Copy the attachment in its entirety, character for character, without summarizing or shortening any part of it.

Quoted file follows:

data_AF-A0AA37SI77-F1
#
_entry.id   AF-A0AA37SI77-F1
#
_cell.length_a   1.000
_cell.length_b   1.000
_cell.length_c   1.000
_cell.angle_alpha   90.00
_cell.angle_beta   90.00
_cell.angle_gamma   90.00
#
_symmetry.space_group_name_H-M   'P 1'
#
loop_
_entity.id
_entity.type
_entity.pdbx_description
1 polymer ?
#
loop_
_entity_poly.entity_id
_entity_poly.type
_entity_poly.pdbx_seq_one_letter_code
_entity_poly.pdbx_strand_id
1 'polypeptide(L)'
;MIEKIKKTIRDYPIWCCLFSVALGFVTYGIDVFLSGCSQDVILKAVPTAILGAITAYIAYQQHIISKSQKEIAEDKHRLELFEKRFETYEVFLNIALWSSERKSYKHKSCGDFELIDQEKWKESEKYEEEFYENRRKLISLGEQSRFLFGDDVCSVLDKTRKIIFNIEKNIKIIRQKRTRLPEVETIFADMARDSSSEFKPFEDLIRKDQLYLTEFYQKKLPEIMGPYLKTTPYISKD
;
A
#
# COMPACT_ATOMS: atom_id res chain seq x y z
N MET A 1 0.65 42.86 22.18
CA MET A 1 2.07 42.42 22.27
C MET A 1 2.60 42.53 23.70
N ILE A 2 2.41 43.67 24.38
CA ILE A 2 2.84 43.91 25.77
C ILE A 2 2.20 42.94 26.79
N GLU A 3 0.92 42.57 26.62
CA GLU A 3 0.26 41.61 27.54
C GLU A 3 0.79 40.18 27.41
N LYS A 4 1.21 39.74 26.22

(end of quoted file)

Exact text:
data_AF-A0AA37SI77-F1
#
_entry.id   AF-A0AA37SI77-F1
#
_cell.length_a   1.000
_cell.length_b   1.000
_cell.length_c   1.000
_cell.angle_alpha   90.00
_cell.angle_beta   90.00
_cell.angle_gamma   90.00
#
_symmetry.space_group_name_H-M   'P 1'
#
loop_
_entity.id
_entity.type
_entity.pdbx_description
1 polymer ?
#
loop_
_entity_poly.entity_id
_entity_poly.type
_entity_poly.pdbx_seq_one_letter_code
_entity_poly.pdbx_strand_id
1 'polypeptide(L)'
;MIEKIKKTIRDYPIWCCLFSVALGFVTYGIDVFLSGCSQDVILKAVPTAILGAITAYIAYQQHIISKSQKEIAEDKHRLELFEKRFETYEVFLNIALWSSERKSYKHKSCGDFELIDQEKWKESEKYEEEFYENRRKLISLGEQSRFLFGDDVCSVLDKTRKIIFNIEKNIKIIRQKRTRLPEVETIFADMARDSSSEFKPFEDLIRKDQLYLTEFYQKKLPEIMGPYLKTTPYISKD
;
A
#
# COMPACT_ATOMS: atom_id res chain seq x y z
N MET A 1 0.65 42.86 22.18
CA MET A 1 2.07 42.42 22.27
C MET A 1 2.60 42.53 23.70
N ILE A 2 2.41 43.67 24.38
CA ILE A 2 2.84 43.91 25.77
C ILE A 2 2.20 42.94 26.79
N GLU A 3 0.92 42.57 26.62
CA GLU A 3 0.26 41.61 27.54
C GLU A 3 0.79 40.18 27.41
N LYS A 4 1.21 39.74 26.22